4. Wish people knew it was OK to invite just you.

No, we don't actually come in a pair. And it's OK that -- even if you know both of us -- you just invite one of us.

The other one won't be offended. Actually, they'll probably be happy you're one of the brave to extend the invite to the one you actually want. Trust me, it's no fun to be the sister tag-along invited because of polite invitation extension.

5. Frequently consider changing identities.

People get you confused anyway. The temptation is real (so real) to try it out. Just once. Swapping places for a day or even for just a conversation with a new acquaintance? It's more fun than you might think.

6. Find yourself having a double standard.

Having a sister as a roommate can remind you of one fact: she's not "choosing" you or deciding if she actually likes being with you. She's stuck with you. You're gonna be related... forever.

So, the temptation to be a little ruder or leave that basket of laundry out for a little while longer than you should becomes pretty intense. She's stuck with you in this room, and you don't have to try to win her over. She already knows you (better than you might even realize), so the tendency to be laxer in cleanliness and politeness can be strong.

7. You get good at evading (ahem answering) questions.

You've lost track of who knows. And there are some serious benefits to people not knowing (and some serious fun). So you decide to remain an individual and become skilled with your language.

When you're together and someone asks "where are you from?" One answers with the state and city. The next answers with just the state. Comments on living in that region their whole life. Shifts to her desire to move somewhere else. Asks if the questioner has ever been to that area.

Question evaded (answer) and individualism maintained.

8. Can count on a reality check.

Let's face it. You're living with someone who has known you literally all your life. They know how you work, and they know when you're trying to pull something or when you need to get your head out of the clouds.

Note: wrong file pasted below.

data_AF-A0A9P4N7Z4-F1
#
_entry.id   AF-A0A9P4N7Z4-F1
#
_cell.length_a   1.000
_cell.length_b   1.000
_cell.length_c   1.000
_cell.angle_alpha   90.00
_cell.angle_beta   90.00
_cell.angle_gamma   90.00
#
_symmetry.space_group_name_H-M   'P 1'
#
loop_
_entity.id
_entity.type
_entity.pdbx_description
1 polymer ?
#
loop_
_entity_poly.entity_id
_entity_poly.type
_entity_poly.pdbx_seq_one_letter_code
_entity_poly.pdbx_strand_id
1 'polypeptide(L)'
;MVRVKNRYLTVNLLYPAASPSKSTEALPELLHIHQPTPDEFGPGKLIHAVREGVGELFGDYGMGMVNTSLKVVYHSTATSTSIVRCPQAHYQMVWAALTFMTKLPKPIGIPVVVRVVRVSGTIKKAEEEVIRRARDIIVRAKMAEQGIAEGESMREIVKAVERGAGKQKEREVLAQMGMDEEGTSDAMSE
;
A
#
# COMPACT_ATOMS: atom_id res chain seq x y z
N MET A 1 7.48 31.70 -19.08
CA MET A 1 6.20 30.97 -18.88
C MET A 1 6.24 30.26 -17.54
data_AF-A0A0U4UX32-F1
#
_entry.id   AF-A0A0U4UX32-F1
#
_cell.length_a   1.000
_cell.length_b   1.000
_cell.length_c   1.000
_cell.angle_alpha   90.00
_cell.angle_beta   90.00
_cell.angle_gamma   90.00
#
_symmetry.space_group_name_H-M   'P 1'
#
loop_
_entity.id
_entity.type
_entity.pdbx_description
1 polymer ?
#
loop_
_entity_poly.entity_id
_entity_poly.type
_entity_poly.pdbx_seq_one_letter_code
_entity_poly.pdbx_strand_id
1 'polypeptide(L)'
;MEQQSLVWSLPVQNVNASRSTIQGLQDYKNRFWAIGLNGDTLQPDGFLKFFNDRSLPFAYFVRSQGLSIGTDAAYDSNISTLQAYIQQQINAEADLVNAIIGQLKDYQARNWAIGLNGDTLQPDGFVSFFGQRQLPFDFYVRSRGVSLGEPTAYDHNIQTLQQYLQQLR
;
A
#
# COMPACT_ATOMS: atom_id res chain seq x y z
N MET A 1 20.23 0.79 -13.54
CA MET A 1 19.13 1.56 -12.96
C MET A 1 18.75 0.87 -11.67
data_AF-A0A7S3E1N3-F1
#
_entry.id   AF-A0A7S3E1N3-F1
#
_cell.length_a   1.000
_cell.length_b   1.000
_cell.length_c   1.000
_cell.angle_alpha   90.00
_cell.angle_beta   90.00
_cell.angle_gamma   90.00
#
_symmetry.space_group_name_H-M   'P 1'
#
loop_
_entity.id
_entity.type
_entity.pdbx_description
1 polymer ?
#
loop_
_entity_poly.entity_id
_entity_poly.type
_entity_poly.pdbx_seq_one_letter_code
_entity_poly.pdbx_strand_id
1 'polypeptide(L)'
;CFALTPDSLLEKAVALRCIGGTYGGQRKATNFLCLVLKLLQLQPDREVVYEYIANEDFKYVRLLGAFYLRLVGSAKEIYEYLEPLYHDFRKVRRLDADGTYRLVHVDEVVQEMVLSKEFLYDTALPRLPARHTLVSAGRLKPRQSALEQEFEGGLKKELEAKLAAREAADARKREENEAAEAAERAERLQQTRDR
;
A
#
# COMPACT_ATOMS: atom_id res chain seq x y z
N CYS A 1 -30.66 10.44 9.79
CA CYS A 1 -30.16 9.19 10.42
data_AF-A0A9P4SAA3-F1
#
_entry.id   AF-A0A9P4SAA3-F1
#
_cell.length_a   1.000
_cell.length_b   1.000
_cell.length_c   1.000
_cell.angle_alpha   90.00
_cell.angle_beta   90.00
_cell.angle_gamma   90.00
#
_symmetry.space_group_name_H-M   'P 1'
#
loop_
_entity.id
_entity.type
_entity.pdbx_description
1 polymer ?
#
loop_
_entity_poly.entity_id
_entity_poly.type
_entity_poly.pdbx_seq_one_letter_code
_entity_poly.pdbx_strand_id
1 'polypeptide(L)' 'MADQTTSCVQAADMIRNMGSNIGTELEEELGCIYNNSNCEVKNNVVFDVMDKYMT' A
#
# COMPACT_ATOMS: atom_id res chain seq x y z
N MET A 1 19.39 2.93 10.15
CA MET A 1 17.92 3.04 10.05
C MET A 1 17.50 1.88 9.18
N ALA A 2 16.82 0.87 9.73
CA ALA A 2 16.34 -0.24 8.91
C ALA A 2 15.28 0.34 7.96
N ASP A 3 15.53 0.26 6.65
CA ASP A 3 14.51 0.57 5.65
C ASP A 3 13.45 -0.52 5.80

Rooming with your sister guarantees that somebody will always be there to keep you on the straight and narrow whether you want it or not (but always when you need it).

Yep, this sister-roommate life has its benefits, its challenges, its joys, and its pains.

But did it work?

Well, that's kind of a subjective question, but if you ask us? We're gearing up for round two.

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The Stages Of Becoming An Official Adult

College was all fun and games, now it's time to actually grow up.

With my graduation approaching, the idea of being an "official adult" is becoming more of a reality. I know what you're thinking, Anna, you're 22 years old, you're already an adult. When I say "official adult", I mean a self-sufficient, employed, thriving person that's in a position to make major life decisions. So, yes, I'm an adult, but I'm just now becoming an "official adult."

1. Choosing your city.

2. Finding a job.

Yes, I'm employed right now, but I'm talking about that first job after graduation where you are doing something related to the degree you graduated with. Luckily, I've already made it through this phase, but I know for many, this is the most terrifying part of the whole "adulting" process.

3. Apartment/Home Search